Monkey Man

April 5, 202470/1005 min
Dev Patel, Sharlto Copley, Pitobash
Written by
Paul Angunawela, John Collee, and Dev Patel
Directed by
Dec Patel
Run Time
2h 1min
Release Date
Aprile 5th, 2024
Overall Score
Rating Summary

Revenge and self-discovery don’t typically go hand in hand. However, this is not your average revenge flick, and Dev Patel is here to demonstrate that it is not a dish best served cold. Patel, who directs, stars, and co-writes, pours his entire self into Monkey Man, and that dedication shows in every aspect. This outcome, though, wasn’t always guaranteed. Not only was it a troubled production, but Netflix had acquired it and didn’t quite know what to do with it. That all changed when Jordan Peele stepped in and saved the film, giving it a new lease of life. I share this story so you know who to thank, because if you, like me, love films like this, you too will be thanking Mr. Peele after watching this one.

Set in an unnamed city, in a ring a man (Dev Patel) stands wearing a monkey mask. Things aren’t going well for him as he’s supposed to lose, while enduring quite the beating. He has a reason for this: to earn enough money to buy a gun. Once he acquires the gun, his next move isn’t clear. He lands a job at a hot club, washing dishes but soon becomes involved with Alphonso (Pitobash), who provides party favors for the VIPs at the club. Soon, his true intentions become clear. Revenge. Targeting Rena (Sikandar Kher), a police captain responsible for his mother’s death. Things don’t go as planned, and after a close brush with death, he’s rescued to live another day. After some healing and self-discovery, our protagonist is ready for round 2. But are his enemies prepared as well?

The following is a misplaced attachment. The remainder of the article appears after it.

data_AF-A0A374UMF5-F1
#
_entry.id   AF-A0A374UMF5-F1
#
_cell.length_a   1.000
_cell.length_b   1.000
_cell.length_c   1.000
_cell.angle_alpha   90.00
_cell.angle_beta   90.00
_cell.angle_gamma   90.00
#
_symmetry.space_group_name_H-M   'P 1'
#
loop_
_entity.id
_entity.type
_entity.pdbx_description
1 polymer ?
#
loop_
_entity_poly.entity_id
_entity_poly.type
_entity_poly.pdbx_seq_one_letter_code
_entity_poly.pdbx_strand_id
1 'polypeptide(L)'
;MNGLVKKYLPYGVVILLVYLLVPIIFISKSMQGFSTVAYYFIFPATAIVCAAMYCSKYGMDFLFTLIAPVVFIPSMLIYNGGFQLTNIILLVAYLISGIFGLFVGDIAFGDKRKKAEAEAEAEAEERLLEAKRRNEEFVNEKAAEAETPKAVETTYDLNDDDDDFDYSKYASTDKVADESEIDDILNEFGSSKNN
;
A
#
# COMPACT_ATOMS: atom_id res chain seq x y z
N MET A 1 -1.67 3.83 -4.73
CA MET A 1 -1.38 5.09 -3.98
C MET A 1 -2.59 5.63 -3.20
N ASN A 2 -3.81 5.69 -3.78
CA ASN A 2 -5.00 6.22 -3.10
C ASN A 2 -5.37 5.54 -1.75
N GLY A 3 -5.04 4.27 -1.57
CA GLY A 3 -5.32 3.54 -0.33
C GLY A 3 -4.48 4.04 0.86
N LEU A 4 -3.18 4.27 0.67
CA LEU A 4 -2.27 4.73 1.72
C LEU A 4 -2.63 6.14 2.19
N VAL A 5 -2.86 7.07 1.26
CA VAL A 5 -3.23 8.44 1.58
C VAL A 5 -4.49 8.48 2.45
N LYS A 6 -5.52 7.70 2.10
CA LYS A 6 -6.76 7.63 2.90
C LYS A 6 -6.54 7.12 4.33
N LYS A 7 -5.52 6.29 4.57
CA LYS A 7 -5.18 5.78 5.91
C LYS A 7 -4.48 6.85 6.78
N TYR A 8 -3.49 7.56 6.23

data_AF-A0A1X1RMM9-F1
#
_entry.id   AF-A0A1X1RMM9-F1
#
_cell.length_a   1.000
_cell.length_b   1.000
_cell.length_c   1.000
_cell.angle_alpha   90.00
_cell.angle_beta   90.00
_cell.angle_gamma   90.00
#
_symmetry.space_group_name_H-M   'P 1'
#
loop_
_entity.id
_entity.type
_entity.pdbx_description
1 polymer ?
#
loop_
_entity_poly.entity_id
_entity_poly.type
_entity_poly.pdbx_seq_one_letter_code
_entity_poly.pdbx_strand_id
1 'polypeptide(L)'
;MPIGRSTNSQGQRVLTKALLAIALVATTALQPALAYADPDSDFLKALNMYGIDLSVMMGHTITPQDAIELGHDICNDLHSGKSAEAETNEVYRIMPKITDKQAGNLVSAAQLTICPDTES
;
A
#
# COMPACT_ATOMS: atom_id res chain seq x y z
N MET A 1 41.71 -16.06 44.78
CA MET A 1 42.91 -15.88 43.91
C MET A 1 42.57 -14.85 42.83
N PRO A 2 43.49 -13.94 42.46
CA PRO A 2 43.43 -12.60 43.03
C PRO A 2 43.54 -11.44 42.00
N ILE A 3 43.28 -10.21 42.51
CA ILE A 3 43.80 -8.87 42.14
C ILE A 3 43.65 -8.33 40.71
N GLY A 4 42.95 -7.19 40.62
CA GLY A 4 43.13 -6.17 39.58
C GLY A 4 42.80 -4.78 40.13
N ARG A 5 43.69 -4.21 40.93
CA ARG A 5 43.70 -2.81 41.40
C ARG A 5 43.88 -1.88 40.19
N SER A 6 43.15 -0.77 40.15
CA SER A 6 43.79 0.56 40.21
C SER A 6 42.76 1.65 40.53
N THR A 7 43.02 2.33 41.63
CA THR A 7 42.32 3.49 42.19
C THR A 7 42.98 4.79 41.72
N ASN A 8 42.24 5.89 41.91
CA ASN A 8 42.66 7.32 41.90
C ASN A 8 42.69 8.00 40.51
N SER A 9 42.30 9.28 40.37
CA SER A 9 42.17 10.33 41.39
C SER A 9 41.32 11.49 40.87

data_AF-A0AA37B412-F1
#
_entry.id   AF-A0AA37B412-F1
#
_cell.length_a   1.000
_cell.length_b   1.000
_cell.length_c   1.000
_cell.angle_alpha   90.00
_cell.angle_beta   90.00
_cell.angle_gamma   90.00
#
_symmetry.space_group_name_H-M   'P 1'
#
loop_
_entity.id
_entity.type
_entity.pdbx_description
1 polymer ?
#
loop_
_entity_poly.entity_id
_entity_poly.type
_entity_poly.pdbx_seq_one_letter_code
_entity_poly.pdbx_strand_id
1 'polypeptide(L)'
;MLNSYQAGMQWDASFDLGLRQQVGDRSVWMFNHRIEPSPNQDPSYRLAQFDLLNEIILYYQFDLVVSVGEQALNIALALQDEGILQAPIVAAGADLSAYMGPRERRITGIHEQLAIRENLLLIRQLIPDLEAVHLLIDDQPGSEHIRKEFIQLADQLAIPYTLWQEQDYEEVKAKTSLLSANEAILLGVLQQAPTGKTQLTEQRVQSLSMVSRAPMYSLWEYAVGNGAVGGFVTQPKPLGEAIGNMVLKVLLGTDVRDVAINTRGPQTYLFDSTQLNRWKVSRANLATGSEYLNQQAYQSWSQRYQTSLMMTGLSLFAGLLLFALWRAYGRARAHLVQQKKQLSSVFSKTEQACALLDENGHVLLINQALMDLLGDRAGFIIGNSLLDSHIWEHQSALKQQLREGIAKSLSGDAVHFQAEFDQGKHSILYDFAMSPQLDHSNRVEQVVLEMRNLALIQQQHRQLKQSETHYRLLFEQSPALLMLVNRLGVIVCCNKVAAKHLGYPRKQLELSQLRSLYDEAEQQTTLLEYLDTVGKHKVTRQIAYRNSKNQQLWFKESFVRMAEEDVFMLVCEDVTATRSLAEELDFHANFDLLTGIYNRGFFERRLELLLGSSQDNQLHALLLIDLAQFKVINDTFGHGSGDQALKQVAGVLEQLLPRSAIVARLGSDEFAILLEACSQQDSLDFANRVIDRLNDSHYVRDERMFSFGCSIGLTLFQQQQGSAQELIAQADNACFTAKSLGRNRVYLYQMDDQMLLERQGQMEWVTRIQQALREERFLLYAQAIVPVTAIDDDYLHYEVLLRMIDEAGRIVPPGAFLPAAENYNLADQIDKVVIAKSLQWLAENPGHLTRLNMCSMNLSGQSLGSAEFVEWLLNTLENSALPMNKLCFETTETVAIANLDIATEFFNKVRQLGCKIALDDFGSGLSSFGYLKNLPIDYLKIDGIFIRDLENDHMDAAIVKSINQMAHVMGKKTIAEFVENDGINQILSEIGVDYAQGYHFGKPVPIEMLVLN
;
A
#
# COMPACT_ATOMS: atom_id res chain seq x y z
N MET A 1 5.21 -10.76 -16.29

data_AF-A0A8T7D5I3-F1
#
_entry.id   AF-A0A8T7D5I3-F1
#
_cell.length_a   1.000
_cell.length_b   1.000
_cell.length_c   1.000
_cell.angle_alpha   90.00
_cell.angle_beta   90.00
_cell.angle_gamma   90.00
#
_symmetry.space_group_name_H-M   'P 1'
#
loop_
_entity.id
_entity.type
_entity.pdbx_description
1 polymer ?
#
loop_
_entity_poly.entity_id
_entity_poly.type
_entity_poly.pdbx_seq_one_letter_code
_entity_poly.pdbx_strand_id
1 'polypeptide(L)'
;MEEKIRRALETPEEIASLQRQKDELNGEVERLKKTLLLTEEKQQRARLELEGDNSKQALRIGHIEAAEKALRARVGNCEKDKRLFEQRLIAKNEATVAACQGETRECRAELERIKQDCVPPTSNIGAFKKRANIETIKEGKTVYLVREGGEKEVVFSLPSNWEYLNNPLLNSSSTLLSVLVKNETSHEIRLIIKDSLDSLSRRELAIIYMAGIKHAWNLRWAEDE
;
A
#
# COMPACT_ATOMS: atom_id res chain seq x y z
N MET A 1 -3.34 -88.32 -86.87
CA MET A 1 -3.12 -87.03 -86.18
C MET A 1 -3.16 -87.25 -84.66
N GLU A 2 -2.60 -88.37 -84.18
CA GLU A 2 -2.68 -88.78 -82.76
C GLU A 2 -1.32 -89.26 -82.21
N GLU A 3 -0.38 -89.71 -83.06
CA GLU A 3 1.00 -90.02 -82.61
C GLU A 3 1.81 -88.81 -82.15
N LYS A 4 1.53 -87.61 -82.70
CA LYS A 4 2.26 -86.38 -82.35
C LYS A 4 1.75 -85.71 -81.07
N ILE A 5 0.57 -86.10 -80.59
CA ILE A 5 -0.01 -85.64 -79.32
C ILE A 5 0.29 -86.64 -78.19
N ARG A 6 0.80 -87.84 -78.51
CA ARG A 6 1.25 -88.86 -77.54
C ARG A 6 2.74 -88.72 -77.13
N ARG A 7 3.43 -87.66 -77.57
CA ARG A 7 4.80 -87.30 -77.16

Written by John Collee and Paul Amgunawela, from a story by Dev Patel, Monkey Man is not a John Wick wannabe. While there’s intense action, the script has more to say. It’s not just about revenge; it alludes to the current Indian government, corruption, and oppression of the lower class. These issues fuel Patel’s traumatized anger, serving as the match that ignites his fuse.

Monkey Man is pure adrenaline cinema, with brutal fights, thrilling chases, and Patel unleashed in a way you’ve never seen him before. It’s not non-stop action; there’s a buildup, and while it may have some slower moments as it progresses, once it reaches its climax, so will you. The fights are kinetic and impossible to look away from. The camera work is fluid and dynamic, and the action is impeccably staged and unexpectedly brutal. Patel truly shines here, showcasing passion and attention to detail in every frame while delivering a mesmerizing performance. This movie does not “monkey around”; Dev Patel has just added “top-notch director” and “action star” to his already impressive resume. Monkey Man has its flaws, but it’s also exhilarating, and after the punches it lands, you won’t forget it anytime soon.

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